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With the huge fire at Berryessa and surrounding area and all the little fires that have popped up as a result it seemed like a good time for a disaster preparedness post.
Here is a list of things that those people with pets should have ready, especially if you live in an area prone to wildfires.
Disaster Preparation for Pets:
Crate- There’s a few different styles of crates (or carriers) you could use. Wire crates fold flat and are a little easier to store, as are soft sided carriers. The standard plastic crates, like an airline carrier can be stacked if you have multiple pets to think about. Have a crate for each pet in your home. In the event of an emergency, it will be a safe, secure place for them to be. Ideally, you should have your pet crate trained, so they are used to being in a crate. This will help to alleviate some stress for your pet during an emergency.
Food- Have at least a 3 day supply (1 week is preferred). If you have canned food, be sure to include a manual can opener.
Water– Same as food, keep 3 days worth, but a week is preferred.
Vaccine Record- Keep an updated copy of your vaccine records, vet information, a list of medications, and medical and/or behavior issues. Keep your lists and medications in a waterproof container or Ziploc baggy.
Medication– Keep a week’s worth of medication in your emergency kit, just be sure to rotate it.
Pet bowls– Have a couple of small bowls to use for food and water. There are collapsible styles available that are light and take up less room.
Trash/Waste Bags- Keep a roll of pick up bags handy. This will enable you to clean up after your pet and prevent any possible disease spread.
Bleach & Paper Towels– You won’t be sure what resources will be readily available in an emergency, so keeping bleach and paper towels will make clean up and sanitation easier.
Cat Litter & Litter Box- If you have cats, they will be confined to a crate, so you will want a small pan and litter that will fit in your crate. Preferably it will take up no more than half of the crate. Small aluminum casserole pans work well for disposable cat pans, and can usually be picked up at the dollar store.
Leash, Harness, and Collar– It is a good idea to keep a spare leash, collar, and/or harness in your kit for easy accessibility. You will have a backup if needed.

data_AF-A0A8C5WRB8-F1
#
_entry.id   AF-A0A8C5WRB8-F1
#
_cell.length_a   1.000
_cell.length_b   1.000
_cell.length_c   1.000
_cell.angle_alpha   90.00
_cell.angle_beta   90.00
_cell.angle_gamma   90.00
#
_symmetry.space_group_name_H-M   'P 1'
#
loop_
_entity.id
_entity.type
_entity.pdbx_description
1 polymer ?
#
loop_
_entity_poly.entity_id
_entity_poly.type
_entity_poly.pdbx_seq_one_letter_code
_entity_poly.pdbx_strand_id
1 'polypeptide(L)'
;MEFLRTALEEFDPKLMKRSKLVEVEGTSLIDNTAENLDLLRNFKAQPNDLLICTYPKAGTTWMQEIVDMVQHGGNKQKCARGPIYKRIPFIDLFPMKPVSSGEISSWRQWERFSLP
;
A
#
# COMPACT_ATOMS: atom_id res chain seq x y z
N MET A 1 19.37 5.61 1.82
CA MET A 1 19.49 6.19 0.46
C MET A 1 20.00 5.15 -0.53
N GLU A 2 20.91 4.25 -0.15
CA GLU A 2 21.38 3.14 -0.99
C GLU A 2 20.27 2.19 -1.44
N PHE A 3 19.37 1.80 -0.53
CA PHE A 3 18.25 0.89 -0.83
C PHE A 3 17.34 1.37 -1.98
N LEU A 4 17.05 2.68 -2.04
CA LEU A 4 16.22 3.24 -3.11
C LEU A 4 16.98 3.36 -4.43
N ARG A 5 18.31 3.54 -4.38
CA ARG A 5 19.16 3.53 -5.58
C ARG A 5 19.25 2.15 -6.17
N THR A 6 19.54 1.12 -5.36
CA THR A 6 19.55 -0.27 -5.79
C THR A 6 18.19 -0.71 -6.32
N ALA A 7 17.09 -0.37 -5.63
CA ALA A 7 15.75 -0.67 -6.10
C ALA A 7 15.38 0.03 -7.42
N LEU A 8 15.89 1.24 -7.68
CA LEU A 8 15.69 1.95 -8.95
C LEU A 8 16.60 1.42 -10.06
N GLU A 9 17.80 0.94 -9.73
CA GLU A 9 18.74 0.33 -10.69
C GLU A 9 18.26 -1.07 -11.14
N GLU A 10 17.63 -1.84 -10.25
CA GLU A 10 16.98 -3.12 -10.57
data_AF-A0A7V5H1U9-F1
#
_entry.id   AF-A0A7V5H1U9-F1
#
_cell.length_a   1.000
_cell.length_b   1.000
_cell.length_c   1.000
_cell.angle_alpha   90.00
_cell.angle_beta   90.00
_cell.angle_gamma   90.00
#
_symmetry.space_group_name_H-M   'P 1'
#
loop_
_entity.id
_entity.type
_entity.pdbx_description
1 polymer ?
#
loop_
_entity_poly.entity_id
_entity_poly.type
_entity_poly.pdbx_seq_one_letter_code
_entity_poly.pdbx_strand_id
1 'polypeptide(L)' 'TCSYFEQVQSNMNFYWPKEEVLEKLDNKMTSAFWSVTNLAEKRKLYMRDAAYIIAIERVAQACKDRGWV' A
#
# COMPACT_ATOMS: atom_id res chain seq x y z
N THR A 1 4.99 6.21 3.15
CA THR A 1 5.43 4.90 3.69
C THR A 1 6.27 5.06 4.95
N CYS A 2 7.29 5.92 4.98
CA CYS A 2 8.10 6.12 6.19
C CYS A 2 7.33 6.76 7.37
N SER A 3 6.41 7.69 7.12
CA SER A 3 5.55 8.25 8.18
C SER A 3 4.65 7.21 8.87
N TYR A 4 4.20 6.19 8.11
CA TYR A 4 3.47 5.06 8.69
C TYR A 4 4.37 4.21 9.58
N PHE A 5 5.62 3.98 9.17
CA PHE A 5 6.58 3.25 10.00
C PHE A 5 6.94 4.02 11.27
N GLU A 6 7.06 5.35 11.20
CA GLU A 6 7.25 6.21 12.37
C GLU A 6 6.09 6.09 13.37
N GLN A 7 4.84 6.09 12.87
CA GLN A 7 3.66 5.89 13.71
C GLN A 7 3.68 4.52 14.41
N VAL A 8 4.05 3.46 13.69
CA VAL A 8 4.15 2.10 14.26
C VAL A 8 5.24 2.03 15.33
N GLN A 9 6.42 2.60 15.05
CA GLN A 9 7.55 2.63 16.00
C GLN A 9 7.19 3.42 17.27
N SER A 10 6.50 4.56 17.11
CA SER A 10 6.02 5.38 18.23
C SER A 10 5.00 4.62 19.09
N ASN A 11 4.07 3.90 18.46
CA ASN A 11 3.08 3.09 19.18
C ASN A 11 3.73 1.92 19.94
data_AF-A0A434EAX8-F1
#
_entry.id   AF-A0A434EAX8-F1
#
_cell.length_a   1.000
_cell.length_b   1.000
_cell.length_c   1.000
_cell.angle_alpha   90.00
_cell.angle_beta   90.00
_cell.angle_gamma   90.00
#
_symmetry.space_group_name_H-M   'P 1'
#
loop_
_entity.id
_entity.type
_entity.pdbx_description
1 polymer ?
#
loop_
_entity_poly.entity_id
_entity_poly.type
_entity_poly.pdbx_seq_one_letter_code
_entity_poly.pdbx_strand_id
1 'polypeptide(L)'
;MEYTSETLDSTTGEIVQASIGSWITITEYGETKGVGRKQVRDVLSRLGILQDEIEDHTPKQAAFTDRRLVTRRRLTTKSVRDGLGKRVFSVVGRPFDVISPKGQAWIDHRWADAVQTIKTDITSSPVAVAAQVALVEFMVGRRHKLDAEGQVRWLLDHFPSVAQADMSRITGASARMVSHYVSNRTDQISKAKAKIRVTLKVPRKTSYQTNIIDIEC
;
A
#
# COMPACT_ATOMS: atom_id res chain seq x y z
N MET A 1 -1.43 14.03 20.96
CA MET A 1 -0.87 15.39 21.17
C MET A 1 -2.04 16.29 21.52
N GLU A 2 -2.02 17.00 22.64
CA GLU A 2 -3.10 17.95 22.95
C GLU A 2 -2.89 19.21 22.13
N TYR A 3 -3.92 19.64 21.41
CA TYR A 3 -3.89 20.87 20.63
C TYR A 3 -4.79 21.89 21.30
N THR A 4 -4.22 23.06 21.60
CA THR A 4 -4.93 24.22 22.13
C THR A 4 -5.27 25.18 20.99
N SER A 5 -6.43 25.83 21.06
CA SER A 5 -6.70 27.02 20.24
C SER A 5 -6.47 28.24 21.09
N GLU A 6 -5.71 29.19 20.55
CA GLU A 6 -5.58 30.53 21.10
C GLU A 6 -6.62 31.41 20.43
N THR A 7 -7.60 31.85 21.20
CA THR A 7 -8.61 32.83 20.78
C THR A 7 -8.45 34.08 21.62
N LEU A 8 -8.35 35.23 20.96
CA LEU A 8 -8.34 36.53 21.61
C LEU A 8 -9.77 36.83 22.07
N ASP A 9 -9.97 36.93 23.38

Current photo and description of your pets– Should you become separated from your pets you will need this to help identify them and provide proof of ownership.
Microchip- Microchip your pet. It provides permanent identification. Collars can get caught and come off of your pet if they are trying to escape from somewhere. A microchip is registered with your contact information, and a secondary contact so your pet can find its way home.
Have a plan.
- Find a safe place ahead of time that you will be able to go with your pet in case you are evacuated.
- Make a plan with a friend or family member out of town that will be able to care for your pet in the event of a longer term displacement situation.
- Be sure to include their contact information on your vet/pet information list in your kit.
They don’t live nearly long enough. Some people have a very difficult time dealing with the loss of a pet.
The SPCA of Solano County now has a program to help you cope with that loss.
The group meets the first Tuesday of every month from 7 -8:30 pm at the SPCA of Solano County in the Education Classroom, located at 2200 Peabody Rd, Vacaville, CA 95687. This is a free service but donations are always accepted. Bring a photo of your beloved pet to share.
The group will be facilitated by a mental health professional, Bonnie Mader, a pioneer in the field of pet loss and human emotion and the co-founder of the Pet Loss Support Hotline. The first 45 minutes Dr. Kelly Palm, the other co-founder of the Pet Loss Support Hotline will be there to answer medical questions.
Cats want snacks too! “Kahlua” & “Cream” adopted summer of 2014 and are now obviously very #happyathome